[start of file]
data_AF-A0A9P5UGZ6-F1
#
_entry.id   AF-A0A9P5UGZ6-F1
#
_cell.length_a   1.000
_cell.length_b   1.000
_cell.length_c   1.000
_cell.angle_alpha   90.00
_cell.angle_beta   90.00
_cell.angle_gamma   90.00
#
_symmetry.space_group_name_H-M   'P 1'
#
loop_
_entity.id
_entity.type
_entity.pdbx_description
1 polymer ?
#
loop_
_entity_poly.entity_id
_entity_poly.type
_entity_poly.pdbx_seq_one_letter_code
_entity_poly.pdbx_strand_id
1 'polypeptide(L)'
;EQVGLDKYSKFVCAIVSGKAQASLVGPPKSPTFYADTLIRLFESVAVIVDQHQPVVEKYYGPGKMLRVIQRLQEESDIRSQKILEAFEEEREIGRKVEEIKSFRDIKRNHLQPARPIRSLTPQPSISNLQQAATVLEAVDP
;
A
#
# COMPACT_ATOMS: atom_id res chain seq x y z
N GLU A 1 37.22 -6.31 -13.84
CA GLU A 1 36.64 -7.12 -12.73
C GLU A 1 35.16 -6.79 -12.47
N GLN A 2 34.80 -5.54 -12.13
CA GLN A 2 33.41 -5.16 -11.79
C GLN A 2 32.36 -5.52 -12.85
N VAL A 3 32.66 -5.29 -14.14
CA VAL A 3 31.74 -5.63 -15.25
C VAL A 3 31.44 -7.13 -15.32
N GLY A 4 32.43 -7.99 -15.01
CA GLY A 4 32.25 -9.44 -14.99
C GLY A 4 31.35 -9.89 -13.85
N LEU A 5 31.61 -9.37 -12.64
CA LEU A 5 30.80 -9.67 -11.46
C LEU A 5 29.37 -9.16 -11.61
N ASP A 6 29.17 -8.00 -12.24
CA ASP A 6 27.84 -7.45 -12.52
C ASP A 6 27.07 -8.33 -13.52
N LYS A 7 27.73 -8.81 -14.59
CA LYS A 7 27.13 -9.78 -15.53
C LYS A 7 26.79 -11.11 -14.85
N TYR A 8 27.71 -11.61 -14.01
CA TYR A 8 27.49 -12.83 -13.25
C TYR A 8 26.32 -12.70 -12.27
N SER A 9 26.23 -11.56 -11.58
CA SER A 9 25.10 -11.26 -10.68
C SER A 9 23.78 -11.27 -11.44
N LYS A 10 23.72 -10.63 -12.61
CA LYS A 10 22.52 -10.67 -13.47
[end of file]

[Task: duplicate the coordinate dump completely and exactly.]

data_AF-A0A9P5UGZ6-F1
#
_entry.id   AF-A0A9P5UGZ6-F1
#
_cell.length_a   1.000
_cell.length_b   1.000
_cell.length_c   1.000
_cell.angle_alpha   90.00
_cell.angle_beta   90.00
_cell.angle_gamma   90.00
#
_symmetry.space_group_name_H-M   'P 1'
#
loop_
_entity.id
_entity.type
_entity.pdbx_description
1 polymer ?
#
loop_
_entity_poly.entity_id
_entity_poly.type
_entity_poly.pdbx_seq_one_letter_code
_entity_poly.pdbx_strand_id
1 'polypeptide(L)'
;EQVGLDKYSKFVCAIVSGKAQASLVGPPKSPTFYADTLIRLFESVAVIVDQHQPVVEKYYGPGKMLRVIQRLQEESDIRSQKILEAFEEEREIGRKVEEIKSFRDIKRNHLQPARPIRSLTPQPSISNLQQAATVLEAVDP
;
A
#
# COMPACT_ATOMS: atom_id res chain seq x y z
N GLU A 1 37.22 -6.31 -13.84
CA GLU A 1 36.64 -7.12 -12.73
C GLU A 1 35.16 -6.79 -12.47
N GLN A 2 34.80 -5.54 -12.13
CA GLN A 2 33.41 -5.16 -11.79
C GLN A 2 32.36 -5.52 -12.85
N VAL A 3 32.66 -5.29 -14.14
CA VAL A 3 31.74 -5.63 -15.25
C VAL A 3 31.44 -7.13 -15.32
N GLY A 4 32.43 -7.99 -15.01
CA GLY A 4 32.25 -9.44 -14.99
C GLY A 4 31.35 -9.89 -13.85
N LEU A 5 31.61 -9.37 -12.64
CA LEU A 5 30.80 -9.67 -11.46
C LEU A 5 29.37 -9.16 -11.61
N ASP A 6 29.17 -8.00 -12.24
CA ASP A 6 27.84 -7.45 -12.52
C ASP A 6 27.07 -8.33 -13.52
N LYS A 7 27.73 -8.81 -14.59
CA LYS A 7 27.13 -9.78 -15.53
C LYS A 7 26.79 -11.11 -14.85
N TYR A 8 27.71 -11.61 -14.01
CA TYR A 8 27.49 -12.83 -13.25
C TYR A 8 26.32 -12.70 -12.27
N SER A 9 26.23 -11.56 -11.58
CA SER A 9 25.10 -11.26 -10.68
C SER A 9 23.78 -11.27 -11.44
N LYS A 10 23.72 -10.63 -12.61
CA LYS A 10 22.52 -10.67 -13.47